Apr 22, 2024

Beyond Sight: Tearing Down Digital Walls for Partially Sighted Users

Interview with Alan Sleat from Accessibility Services (Shaw Trust) who kindly offered up his own time to speak to us about his own struggles with how alt text and labels are used in e-commerce

It’s frustrating because it's not impossible. All the tools are in the toolbox, but they aren’t being used. It's like grabbing the first tool out of the box to solve a problem. Yes, you can hit a nail into a wall using a spanner, but a hammer would be better suited” - Alan Sleat, talking with Wind & Kite on accessibility 

Wind & Kite spoke to Alan Sleat from Shaw Trust about his experiences with accessibility on websites as he navigates the web as someone living with a visual impairment.

Alternative text, referred to as alt text, is descriptive text of a graphic to explain what it is. For example, for a question mark icon, we might have an alt text of ‘question mark icon’. 

Labels explain the purpose of something. For example, in a form, we might have a label of ‘First Name’ next to a box for this content to go into.

Alan explained that whilst using websites, he relies heavily on the labels and alt text used to navigate through a site to find the correct information he requires, in a similar way as to someone reading road signs and looking at a map to navigate through a town. Alan had given a physical example of poor labelling in one of his blog posts, of arriving at a junction, and the only road signs, stating "go there" or "over here" as opposed to "turn left for x town" etc. Therefore, if a website has failed to provide sufficient alt text to its graphics or hasn’t labelled links correctly, then a user can't navigate through the site using their screen reader to find the correct information or page they need.  

For example, Alan told me about a site he visited for personal shopping and was greeted by a page of 10 graphics all with the alt text “products” with no other distinguishing details. When this page was viewed by someone who had no visual impairment, it was clear to see that each graphic related to a product type such as “women’s wear”, “men’s wear” etc, but for Alan and his screenreader it was impossible to navigate through and therefore that company lost business from Alan and undoubtedly many others, as a result.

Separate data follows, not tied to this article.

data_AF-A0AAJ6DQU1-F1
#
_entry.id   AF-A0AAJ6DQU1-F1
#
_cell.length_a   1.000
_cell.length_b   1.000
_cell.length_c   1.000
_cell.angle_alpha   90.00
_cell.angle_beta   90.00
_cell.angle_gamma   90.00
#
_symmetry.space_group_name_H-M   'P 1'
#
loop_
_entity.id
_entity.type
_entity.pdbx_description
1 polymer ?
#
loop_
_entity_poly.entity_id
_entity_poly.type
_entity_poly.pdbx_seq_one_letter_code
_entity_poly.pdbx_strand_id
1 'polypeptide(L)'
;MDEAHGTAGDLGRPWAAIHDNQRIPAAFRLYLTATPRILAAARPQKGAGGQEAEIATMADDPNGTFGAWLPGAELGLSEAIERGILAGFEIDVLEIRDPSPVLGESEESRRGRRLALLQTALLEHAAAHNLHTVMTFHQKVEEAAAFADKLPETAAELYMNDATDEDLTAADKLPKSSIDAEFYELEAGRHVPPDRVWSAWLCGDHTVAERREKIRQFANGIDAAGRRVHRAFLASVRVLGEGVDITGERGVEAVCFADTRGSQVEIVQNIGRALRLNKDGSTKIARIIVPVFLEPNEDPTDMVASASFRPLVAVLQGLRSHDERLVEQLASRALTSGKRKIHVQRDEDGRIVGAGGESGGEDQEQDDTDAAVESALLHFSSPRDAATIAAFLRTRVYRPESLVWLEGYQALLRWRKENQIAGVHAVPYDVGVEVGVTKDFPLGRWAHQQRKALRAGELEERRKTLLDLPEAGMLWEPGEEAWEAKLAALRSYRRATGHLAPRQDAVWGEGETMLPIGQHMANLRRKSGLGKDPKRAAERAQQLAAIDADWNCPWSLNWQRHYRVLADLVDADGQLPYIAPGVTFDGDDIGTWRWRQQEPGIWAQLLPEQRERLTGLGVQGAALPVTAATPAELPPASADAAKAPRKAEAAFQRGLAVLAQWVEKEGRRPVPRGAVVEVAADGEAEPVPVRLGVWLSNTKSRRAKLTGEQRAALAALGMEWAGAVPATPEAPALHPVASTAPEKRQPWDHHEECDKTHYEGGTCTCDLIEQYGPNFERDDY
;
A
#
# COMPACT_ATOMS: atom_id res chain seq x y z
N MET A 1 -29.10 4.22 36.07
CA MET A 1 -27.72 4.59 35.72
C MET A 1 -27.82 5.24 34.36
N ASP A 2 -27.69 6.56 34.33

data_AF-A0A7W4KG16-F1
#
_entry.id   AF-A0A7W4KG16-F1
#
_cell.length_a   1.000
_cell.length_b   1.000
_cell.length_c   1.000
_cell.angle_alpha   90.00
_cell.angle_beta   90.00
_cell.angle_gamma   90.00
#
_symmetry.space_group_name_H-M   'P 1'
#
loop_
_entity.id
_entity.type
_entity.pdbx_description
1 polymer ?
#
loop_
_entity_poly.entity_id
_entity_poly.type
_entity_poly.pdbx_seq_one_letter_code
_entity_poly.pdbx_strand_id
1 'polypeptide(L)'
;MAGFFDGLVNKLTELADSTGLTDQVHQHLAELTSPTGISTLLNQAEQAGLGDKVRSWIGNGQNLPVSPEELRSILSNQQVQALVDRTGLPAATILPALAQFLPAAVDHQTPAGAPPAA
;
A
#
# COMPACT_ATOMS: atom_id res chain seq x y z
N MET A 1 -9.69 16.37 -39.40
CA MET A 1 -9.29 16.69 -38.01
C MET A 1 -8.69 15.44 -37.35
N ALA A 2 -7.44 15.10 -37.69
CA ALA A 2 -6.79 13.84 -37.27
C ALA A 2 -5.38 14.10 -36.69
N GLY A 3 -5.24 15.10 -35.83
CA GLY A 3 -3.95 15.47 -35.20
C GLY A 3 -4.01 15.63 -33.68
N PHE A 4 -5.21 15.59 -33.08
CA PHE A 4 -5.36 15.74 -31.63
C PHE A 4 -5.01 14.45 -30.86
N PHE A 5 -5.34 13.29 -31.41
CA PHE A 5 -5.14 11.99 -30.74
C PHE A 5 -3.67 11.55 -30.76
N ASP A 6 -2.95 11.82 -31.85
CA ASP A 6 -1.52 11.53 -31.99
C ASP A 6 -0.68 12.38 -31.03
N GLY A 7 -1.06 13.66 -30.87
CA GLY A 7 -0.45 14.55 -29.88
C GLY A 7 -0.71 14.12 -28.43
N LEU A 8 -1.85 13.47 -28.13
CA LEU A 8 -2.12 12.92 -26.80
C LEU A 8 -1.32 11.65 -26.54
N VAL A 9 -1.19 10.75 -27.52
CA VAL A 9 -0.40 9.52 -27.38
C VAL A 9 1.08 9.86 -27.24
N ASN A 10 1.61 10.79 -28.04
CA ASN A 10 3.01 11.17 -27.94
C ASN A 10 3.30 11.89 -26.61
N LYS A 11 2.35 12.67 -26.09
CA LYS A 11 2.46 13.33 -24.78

The solution to this problem is for developers and owners to consider how a user moves through a site, and what visual cues they can physically see, to transfer that data to written descriptions using alt text. For example, instead of having the word “product”, define who the product is targeted for, such as “women’s jumpers”.

In 2023, 97.4% of homepages had accessibility errors, with missing alt text accounting for 61% of all homepage accessibility errors. - Tanya Hidderley,

For Alan on his screenreader, as he navigates through a page again and again he hears the words ‘Click Here’. This phrase is used as a quick-fix buzzword, but it provides the user no reference as to what this refers to. For users using screen readers, it is incredibly frustrating to hear the term “click here” whilst trying to navigate around a website, as it provides no context whatsoever. It should also be noted that for able-bodied people it also has no real function and provides little assistance to them.

“The use of the button ‘click here’ is actually bad for usability, accessibility and search engine optimization” (

Instead of ‘click here’, what should be used is descriptive text directing the user to where they need to go, eg: “click here to speak to us”. 

Alt text failings have also been found on many websites, where the business is offering discounts, especially in the more recent years when the UK is facing a time of austerity, shops are offering deals to assist people with the cost of living crisis, whilst also trying to stand out from the crowd.  Quite often these will be displayed on websites as a banner or graphic, with a clear description of the discount set within the graphic shown as an image stating “money off if you spend X amount”. For users using screen readers, quite often the alt text related to that image is lacking, with either no description at all or perhaps something as mocking as a “discount banner” with no information about how the user can access the deal. 

This means that quite often users with disabilities are unwittingly paying more for items or being prevented from accessing the best possible prices for products, and that's as discriminatory as it comes. 

Shaw Trust Accessibility Services